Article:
- SPOILERS AHEAD … AND A RATHER LONG PRECIPITOUS DROP TO A ZOMBIE PIT FAR BELOW …
You may not think that you can prepare for the End of the World As We Know it – both a kickass R.E.M. song and the long form version of tonight’s acronymic title – but according to Jeremiah Otto (Dayton Callie), survivalist and purveyor of scratchy ’90s conspiracy theory infomercials and buckets full of all sorts of handy goods with which to stand a chance of surviving the apocalypse, you can not only prepare but become so ready that you’ll be laughing while the rest of the world burns.
Or walks around in undead shambling form.
To be fair, Jeremiah, who is as far from a rabid nutjob as you could hope for, humbled by the passage of the years and a TEOTWAWKI that no one in their wildest nightmares saw coming, never envisaged that the might preparations of he and his disciples would be needed for this kind of apocalyptic end.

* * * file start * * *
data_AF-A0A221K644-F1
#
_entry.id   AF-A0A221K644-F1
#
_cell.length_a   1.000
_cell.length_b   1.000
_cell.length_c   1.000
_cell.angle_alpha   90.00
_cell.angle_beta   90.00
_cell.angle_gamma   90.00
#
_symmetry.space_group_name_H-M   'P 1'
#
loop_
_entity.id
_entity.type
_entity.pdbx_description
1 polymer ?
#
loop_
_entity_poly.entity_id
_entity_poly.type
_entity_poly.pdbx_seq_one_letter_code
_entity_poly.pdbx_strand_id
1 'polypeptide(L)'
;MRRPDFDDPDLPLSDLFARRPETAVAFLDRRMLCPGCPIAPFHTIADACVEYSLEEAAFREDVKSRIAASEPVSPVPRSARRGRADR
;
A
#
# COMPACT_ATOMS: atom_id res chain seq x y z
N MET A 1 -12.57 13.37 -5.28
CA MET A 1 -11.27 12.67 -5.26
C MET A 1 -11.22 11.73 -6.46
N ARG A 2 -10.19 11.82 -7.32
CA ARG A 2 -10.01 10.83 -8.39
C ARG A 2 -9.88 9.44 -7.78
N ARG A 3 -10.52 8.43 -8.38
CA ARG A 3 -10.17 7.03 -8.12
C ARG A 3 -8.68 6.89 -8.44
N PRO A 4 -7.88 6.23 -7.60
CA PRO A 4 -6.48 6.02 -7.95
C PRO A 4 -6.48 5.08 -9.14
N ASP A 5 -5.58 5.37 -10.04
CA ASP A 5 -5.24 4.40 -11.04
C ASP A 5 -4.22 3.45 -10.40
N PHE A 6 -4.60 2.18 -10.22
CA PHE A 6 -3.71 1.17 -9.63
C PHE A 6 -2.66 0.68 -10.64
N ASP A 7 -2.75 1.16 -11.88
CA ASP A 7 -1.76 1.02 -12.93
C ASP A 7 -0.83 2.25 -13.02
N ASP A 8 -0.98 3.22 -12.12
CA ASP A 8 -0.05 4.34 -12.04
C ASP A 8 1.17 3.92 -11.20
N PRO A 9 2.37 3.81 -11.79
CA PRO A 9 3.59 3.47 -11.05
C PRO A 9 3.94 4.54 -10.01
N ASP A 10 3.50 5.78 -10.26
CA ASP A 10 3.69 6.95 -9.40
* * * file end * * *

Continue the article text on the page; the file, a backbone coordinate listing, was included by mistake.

But the net effect has been the same – a safe haven, behind secure boundaries, with all the food, gun and ammos you could want – and as Alicia (Alycia Debnam-Carey) discovers at a faux Bible study group with one very unusual headstrong member (Jeff the zombie head) – drugs and moonshine too, and a real chance at something approaching a normal life.
Of course, “normal” is a tenuously elastic concept right now, and while Alicia and Nick (Frank Dillane) – egged by a recovering Luciana (Danay Garcia) – are not exactly enamoured with Jeremiah’s Sanctuary o’ Peace, Safety and BBQ’s Boars, Madison (Kim Dickens) has decided it’s home for the foreseeable future.